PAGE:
What is Osteopathy?

Osteopaths diagnose and treat patients with a range of health issues, using movement, massage and stretching of the muscles and joints to treat and prevent problems. This helps relieve muscle tension, increases joint mobility, reduces pain and improves blood supply to tissues helping the body to heal. Osteopaths do not use medicine or surgery as a treatment option and will refer patients to GPs or specialists if the diagnosis and prognosis requires further care beyond the scope of osteopathic practice.

Only registered osteopaths with the General Osteopathic Council (GOsC) are permitted to call themselves osteopaths and practice osteopathy.

You can access osteopathic treatment through private clinics, with the possibility to access treatment through health insurance and occasionally through the NHS.

Osteopathy, Physiotherapy and Chiropractors

As all three practices use manual therapy, which is the massage and mobilisation of muscles, joints and soft tissue, it can be difficult to recognise the difference between each form of treatment. Although similar, each treatment has a different role and purpose for patients.

What is a Chiropractor?

Chiropractors help relieve problems with patients bones, muscles and joints. Chiropractic treatment is considered a complementary and alternative medicine (CAM) meaning it is not widely available on the NHS and it is not a conventional form of medicine.

Chiropractors have to be registered with the General Chiropractic Council (GCC) by law.

Differences between Osteopathy & Chiropractors

The main differences with diagnosis between osteopaths and chiropractor is osteopaths look at problems with joints, soft tissue, muscles by viewing the body and function as a whole where as chiropractors look at the effect bones, soft tissue and muscle has on the nervous system, usually focusing mainly on the spine and areas around the spine.
There are also differences with treatment plans, as osteopaths will use soft tissue massage, manipulation exercises and joint movement using a holistic approach to improve the body function as a whole. Whereas chiropractors use manipulation to adjust the spine position and corresponding joints to improve nerve function.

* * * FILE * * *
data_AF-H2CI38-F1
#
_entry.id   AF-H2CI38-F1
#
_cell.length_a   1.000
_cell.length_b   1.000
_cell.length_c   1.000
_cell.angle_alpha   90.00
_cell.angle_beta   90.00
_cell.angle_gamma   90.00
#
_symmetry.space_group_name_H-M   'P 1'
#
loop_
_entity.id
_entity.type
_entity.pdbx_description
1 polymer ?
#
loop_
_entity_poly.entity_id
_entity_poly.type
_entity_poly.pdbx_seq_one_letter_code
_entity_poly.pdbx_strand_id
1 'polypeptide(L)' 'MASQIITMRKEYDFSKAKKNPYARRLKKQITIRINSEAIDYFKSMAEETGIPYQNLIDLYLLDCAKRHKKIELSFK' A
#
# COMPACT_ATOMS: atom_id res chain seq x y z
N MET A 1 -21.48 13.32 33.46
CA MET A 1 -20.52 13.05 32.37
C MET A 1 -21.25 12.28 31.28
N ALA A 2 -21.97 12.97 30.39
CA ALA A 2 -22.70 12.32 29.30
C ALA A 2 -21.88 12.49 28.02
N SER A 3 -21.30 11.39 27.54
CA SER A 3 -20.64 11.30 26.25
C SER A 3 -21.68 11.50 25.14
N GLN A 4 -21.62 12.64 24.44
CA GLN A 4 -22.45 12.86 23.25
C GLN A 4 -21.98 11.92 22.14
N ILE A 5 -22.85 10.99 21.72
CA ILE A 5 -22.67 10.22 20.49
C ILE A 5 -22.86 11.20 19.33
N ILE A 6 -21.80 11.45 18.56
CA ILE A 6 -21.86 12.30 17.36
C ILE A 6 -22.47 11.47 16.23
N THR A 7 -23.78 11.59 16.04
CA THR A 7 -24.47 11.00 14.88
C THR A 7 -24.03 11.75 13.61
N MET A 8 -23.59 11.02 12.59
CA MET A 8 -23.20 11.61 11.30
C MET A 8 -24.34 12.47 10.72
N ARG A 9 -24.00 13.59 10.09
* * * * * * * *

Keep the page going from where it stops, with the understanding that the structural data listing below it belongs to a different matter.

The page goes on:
What is Physiotherapy?

Physiotherapy is a form of treatment that is performed by physiotherapists, who help to restore movement in a patient’s body, usually after injury, illness or disability. Physiotherapists cover a wide range of problems including injury and pain to the bones, muscle and soft tissue including sports injuries, movement issues with brain & nervous system, such as from stroke, heart and circulation such as recovery after heart attack, and lungs & breathing issues such as cystic fibrosis. Physiotherapists work as part of a team often in hospitals, some GP surgeries, sports clubs, places of work and community health clinics. They are available through the NHS and privately, with referral from a GP or self referral available.

Differences between Osteopathy & Physiotherapy

The main differences between osteopaths and physiotherapists is that physios are not often present in the diagnosis of a patient because patients are most commonly referred to via their GP (or sports personnel). Physios then treat the diagnosed area of injury rather than the body as a whole, using exercises to strengthen the specific muscles in preparation for recovery, concentrating on one problem so the treatment is specific.

Sources
https://www.nhs.uk/conditions/osteopathy/
https://my.clevelandclinic.org/health/treatments/21033-chiropractic-adjustment
https://www.nhs.uk/conditions/physiotherapy/healthcentre.org.uk/osteopaths/osteopath-difference-chiropractor